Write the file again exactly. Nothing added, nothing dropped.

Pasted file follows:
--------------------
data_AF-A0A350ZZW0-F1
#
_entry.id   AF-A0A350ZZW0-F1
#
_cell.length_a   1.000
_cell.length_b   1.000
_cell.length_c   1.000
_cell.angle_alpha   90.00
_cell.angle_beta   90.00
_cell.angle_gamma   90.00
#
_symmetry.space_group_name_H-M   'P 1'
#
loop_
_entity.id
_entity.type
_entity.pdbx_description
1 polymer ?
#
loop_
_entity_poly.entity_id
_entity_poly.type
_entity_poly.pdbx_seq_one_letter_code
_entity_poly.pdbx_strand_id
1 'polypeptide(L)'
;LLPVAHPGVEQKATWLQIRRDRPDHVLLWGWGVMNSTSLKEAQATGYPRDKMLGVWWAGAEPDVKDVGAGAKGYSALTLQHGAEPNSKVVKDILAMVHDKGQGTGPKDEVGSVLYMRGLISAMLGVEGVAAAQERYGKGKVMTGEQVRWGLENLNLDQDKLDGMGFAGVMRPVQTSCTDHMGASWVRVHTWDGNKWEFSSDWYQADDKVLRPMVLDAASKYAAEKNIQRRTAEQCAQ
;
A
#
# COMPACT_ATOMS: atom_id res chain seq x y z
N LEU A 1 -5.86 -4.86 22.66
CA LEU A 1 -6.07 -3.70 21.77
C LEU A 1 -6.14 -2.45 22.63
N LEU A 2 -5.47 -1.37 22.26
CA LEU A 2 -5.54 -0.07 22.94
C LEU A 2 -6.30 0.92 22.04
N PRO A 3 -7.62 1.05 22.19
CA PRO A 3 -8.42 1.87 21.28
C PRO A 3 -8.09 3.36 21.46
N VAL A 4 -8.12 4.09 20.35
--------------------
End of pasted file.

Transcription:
data_AF-A0A350ZZW0-F1
#
_entry.id   AF-A0A350ZZW0-F1
#
_cell.length_a   1.000
_cell.length_b   1.000
_cell.length_c   1.000
_cell.angle_alpha   90.00
_cell.angle_beta   90.00
_cell.angle_gamma   90.00
#
_symmetry.space_group_name_H-M   'P 1'
#
loop_
_entity.id
_entity.type
_entity.pdbx_description
1 polymer ?
#
loop_
_entity_poly.entity_id
_entity_poly.type
_entity_poly.pdbx_seq_one_letter_code
_entity_poly.pdbx_strand_id
1 'polypeptide(L)'
;LLPVAHPGVEQKATWLQIRRDRPDHVLLWGWGVMNSTSLKEAQATGYPRDKMLGVWWAGAEPDVKDVGAGAKGYSALTLQHGAEPNSKVVKDILAMVHDKGQGTGPKDEVGSVLYMRGLISAMLGVEGVAAAQERYGKGKVMTGEQVRWGLENLNLDQDKLDGMGFAGVMRPVQTSCTDHMGASWVRVHTWDGNKWEFSSDWYQADDKVLRPMVLDAASKYAAEKNIQRRTAEQCAQ
;
A
#
# COMPACT_ATOMS: atom_id res chain seq x y z
N LEU A 1 -5.86 -4.86 22.66
CA LEU A 1 -6.07 -3.70 21.77
C LEU A 1 -6.14 -2.45 22.63
N LEU A 2 -5.47 -1.37 22.26
CA LEU A 2 -5.54 -0.07 22.94
C LEU A 2 -6.30 0.92 22.04
N PRO A 3 -7.62 1.05 22.19
CA PRO A 3 -8.42 1.87 21.28
C PRO A 3 -8.09 3.36 21.46
N VAL A 4 -8.12 4.09 20.35